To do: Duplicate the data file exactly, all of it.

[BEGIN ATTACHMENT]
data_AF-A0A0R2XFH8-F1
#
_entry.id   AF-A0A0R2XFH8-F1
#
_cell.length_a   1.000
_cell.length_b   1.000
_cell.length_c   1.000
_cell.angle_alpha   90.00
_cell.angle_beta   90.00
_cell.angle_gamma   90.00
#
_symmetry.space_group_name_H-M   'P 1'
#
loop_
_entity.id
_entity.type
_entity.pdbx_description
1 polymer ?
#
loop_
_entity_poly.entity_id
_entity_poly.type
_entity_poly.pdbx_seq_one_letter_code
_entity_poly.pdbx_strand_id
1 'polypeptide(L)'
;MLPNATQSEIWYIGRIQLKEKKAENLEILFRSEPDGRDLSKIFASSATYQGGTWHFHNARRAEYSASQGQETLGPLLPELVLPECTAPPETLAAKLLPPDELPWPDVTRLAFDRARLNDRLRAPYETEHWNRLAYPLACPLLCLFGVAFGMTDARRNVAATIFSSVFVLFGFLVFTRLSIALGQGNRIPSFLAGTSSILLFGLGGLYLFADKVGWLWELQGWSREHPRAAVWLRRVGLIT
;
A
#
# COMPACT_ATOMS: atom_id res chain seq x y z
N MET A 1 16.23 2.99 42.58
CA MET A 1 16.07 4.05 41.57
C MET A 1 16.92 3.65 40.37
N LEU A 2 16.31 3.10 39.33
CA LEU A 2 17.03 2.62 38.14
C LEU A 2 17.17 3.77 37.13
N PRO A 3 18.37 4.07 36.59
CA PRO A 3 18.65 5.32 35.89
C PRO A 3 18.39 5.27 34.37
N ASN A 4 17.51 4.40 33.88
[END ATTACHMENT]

data_AF-A0A0R2XFH8-F1
#
_entry.id   AF-A0A0R2XFH8-F1
#
_cell.length_a   1.000
_cell.length_b   1.000
_cell.length_c   1.000
_cell.angle_alpha   90.00
_cell.angle_beta   90.00
_cell.angle_gamma   90.00
#
_symmetry.space_group_name_H-M   'P 1'
#
loop_
_entity.id
_entity.type
_entity.pdbx_description
1 polymer ?
#
loop_
_entity_poly.entity_id
_entity_poly.type
_entity_poly.pdbx_seq_one_letter_code
_entity_poly.pdbx_strand_id
1 'polypeptide(L)'
;MLPNATQSEIWYIGRIQLKEKKAENLEILFRSEPDGRDLSKIFASSATYQGGTWHFHNARRAEYSASQGQETLGPLLPELVLPECTAPPETLAAKLLPPDELPWPDVTRLAFDRARLNDRLRAPYETEHWNRLAYPLACPLLCLFGVAFGMTDARRNVAATIFSSVFVLFGFLVFTRLSIALGQGNRIPSFLAGTSSILLFGLGGLYLFADKVGWLWELQGWSREHPRAAVWLRRVGLIT
;
A
#
# COMPACT_ATOMS: atom_id res chain seq x y z
N MET A 1 16.23 2.99 42.58
CA MET A 1 16.07 4.05 41.57
C MET A 1 16.92 3.65 40.37
N LEU A 2 16.31 3.10 39.33
CA LEU A 2 17.03 2.62 38.14
C LEU A 2 17.17 3.77 37.13
N PRO A 3 18.37 4.07 36.59
CA PRO A 3 18.65 5.32 35.89
C PRO A 3 18.39 5.27 34.37
N ASN A 4 17.51 4.40 33.88